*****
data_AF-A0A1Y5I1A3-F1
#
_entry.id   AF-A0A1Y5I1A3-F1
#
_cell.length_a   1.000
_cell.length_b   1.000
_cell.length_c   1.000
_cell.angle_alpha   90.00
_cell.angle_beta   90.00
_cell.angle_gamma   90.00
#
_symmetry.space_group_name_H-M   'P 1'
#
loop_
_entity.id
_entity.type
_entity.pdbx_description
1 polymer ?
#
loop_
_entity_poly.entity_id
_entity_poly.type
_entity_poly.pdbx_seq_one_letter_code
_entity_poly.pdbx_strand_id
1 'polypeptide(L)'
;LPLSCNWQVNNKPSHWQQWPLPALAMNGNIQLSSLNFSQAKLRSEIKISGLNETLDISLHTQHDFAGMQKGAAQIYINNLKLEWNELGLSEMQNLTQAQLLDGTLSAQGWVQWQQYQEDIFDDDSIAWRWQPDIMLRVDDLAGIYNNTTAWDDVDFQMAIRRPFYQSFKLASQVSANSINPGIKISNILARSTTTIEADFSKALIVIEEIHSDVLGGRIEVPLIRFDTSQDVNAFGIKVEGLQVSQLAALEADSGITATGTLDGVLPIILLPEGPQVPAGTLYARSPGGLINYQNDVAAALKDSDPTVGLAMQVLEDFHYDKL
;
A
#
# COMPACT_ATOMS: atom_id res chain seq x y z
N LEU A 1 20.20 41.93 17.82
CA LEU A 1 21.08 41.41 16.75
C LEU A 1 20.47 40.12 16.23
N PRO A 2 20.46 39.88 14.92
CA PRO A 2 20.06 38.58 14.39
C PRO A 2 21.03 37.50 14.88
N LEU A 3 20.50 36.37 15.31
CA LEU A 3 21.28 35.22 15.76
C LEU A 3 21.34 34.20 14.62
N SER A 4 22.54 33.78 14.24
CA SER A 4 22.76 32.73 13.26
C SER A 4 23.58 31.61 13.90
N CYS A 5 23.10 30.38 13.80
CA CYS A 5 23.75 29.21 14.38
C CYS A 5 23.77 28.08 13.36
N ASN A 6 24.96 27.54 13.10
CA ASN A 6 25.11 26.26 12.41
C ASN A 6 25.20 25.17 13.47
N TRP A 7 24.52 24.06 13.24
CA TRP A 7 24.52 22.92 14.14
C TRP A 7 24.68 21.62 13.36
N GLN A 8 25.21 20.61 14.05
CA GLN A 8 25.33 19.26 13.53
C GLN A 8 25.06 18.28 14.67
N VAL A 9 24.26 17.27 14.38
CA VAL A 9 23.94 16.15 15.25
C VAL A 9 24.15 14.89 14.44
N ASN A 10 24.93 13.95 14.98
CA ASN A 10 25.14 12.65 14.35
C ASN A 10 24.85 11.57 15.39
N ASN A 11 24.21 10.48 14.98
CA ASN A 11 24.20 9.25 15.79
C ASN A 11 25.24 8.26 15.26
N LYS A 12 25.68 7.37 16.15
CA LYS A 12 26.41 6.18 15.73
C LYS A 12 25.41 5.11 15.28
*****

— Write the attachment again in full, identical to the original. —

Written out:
data_AF-A0A1Y5I1A3-F1
#
_entry.id   AF-A0A1Y5I1A3-F1
#
_cell.length_a   1.000
_cell.length_b   1.000
_cell.length_c   1.000
_cell.angle_alpha   90.00
_cell.angle_beta   90.00
_cell.angle_gamma   90.00
#
_symmetry.space_group_name_H-M   'P 1'
#
loop_
_entity.id
_entity.type
_entity.pdbx_description
1 polymer ?
#
loop_
_entity_poly.entity_id
_entity_poly.type
_entity_poly.pdbx_seq_one_letter_code
_entity_poly.pdbx_strand_id
1 'polypeptide(L)'
;LPLSCNWQVNNKPSHWQQWPLPALAMNGNIQLSSLNFSQAKLRSEIKISGLNETLDISLHTQHDFAGMQKGAAQIYINNLKLEWNELGLSEMQNLTQAQLLDGTLSAQGWVQWQQYQEDIFDDDSIAWRWQPDIMLRVDDLAGIYNNTTAWDDVDFQMAIRRPFYQSFKLASQVSANSINPGIKISNILARSTTTIEADFSKALIVIEEIHSDVLGGRIEVPLIRFDTSQDVNAFGIKVEGLQVSQLAALEADSGITATGTLDGVLPIILLPEGPQVPAGTLYARSPGGLINYQNDVAAALKDSDPTVGLAMQVLEDFHYDKL
;
A
#
# COMPACT_ATOMS: atom_id res chain seq x y z
N LEU A 1 20.20 41.93 17.82
CA LEU A 1 21.08 41.41 16.75
C LEU A 1 20.47 40.12 16.23
N PRO A 2 20.46 39.88 14.92
CA PRO A 2 20.06 38.58 14.39
C PRO A 2 21.03 37.50 14.88
N LEU A 3 20.50 36.37 15.31
CA LEU A 3 21.28 35.22 15.76
C LEU A 3 21.34 34.20 14.62
N SER A 4 22.54 33.78 14.24
CA SER A 4 22.76 32.73 13.26
C SER A 4 23.58 31.61 13.90
N CYS A 5 23.10 30.38 13.80
CA CYS A 5 23.75 29.21 14.38
C CYS A 5 23.77 28.08 13.36
N ASN A 6 24.96 27.54 13.10
CA ASN A 6 25.11 26.26 12.41
C ASN A 6 25.20 25.17 13.47
N TRP A 7 24.52 24.06 13.24
CA TRP A 7 24.52 22.92 14.14
C TRP A 7 24.68 21.62 13.36
N GLN A 8 25.21 20.61 14.05
CA GLN A 8 25.33 19.26 13.53
C GLN A 8 25.06 18.28 14.67
N VAL A 9 24.26 17.27 14.38
CA VAL A 9 23.94 16.15 15.25
C VAL A 9 24.15 14.89 14.44
N ASN A 10 24.93 13.95 14.98
CA ASN A 10 25.14 12.65 14.35
C ASN A 10 24.85 11.57 15.39
N ASN A 11 24.21 10.48 14.98
CA ASN A 11 24.20 9.25 15.79
C ASN A 11 25.24 8.26 15.26
N LYS A 12 25.68 7.37 16.15
CA LYS A 12 26.41 6.18 15.73
C LYS A 12 25.41 5.11 15.28